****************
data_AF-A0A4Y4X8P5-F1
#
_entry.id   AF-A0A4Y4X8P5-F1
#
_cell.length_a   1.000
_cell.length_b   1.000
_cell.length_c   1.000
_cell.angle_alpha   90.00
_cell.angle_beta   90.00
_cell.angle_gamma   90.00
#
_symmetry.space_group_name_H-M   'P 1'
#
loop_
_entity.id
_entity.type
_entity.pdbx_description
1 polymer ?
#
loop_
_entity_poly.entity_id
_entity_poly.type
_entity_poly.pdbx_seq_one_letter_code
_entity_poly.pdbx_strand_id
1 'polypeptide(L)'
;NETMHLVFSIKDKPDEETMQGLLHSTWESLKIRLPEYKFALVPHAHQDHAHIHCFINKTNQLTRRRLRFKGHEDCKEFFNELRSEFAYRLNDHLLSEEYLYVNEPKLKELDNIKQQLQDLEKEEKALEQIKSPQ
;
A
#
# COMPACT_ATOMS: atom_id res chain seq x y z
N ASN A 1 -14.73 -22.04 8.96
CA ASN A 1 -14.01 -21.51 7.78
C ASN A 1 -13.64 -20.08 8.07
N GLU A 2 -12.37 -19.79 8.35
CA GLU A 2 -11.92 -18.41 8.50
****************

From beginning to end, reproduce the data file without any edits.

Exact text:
data_AF-A0A4Y4X8P5-F1
#
_entry.id   AF-A0A4Y4X8P5-F1
#
_cell.length_a   1.000
_cell.length_b   1.000
_cell.length_c   1.000
_cell.angle_alpha   90.00
_cell.angle_beta   90.00
_cell.angle_gamma   90.00
#
_symmetry.space_group_name_H-M   'P 1'
#
loop_
_entity.id
_entity.type
_entity.pdbx_description
1 polymer ?
#
loop_
_entity_poly.entity_id
_entity_poly.type
_entity_poly.pdbx_seq_one_letter_code
_entity_poly.pdbx_strand_id
1 'polypeptide(L)'
;NETMHLVFSIKDKPDEETMQGLLHSTWESLKIRLPEYKFALVPHAHQDHAHIHCFINKTNQLTRRRLRFKGHEDCKEFFNELRSEFAYRLNDHLLSEEYLYVNEPKLKELDNIKQQLQDLEKEEKALEQIKSPQ
;
A
#
# COMPACT_ATOMS: atom_id res chain seq x y z
N ASN A 1 -14.73 -22.04 8.96
CA ASN A 1 -14.01 -21.51 7.78
C ASN A 1 -13.64 -20.08 8.07
N GLU A 2 -12.37 -19.79 8.35
CA GLU A 2 -11.92 -18.41 8.50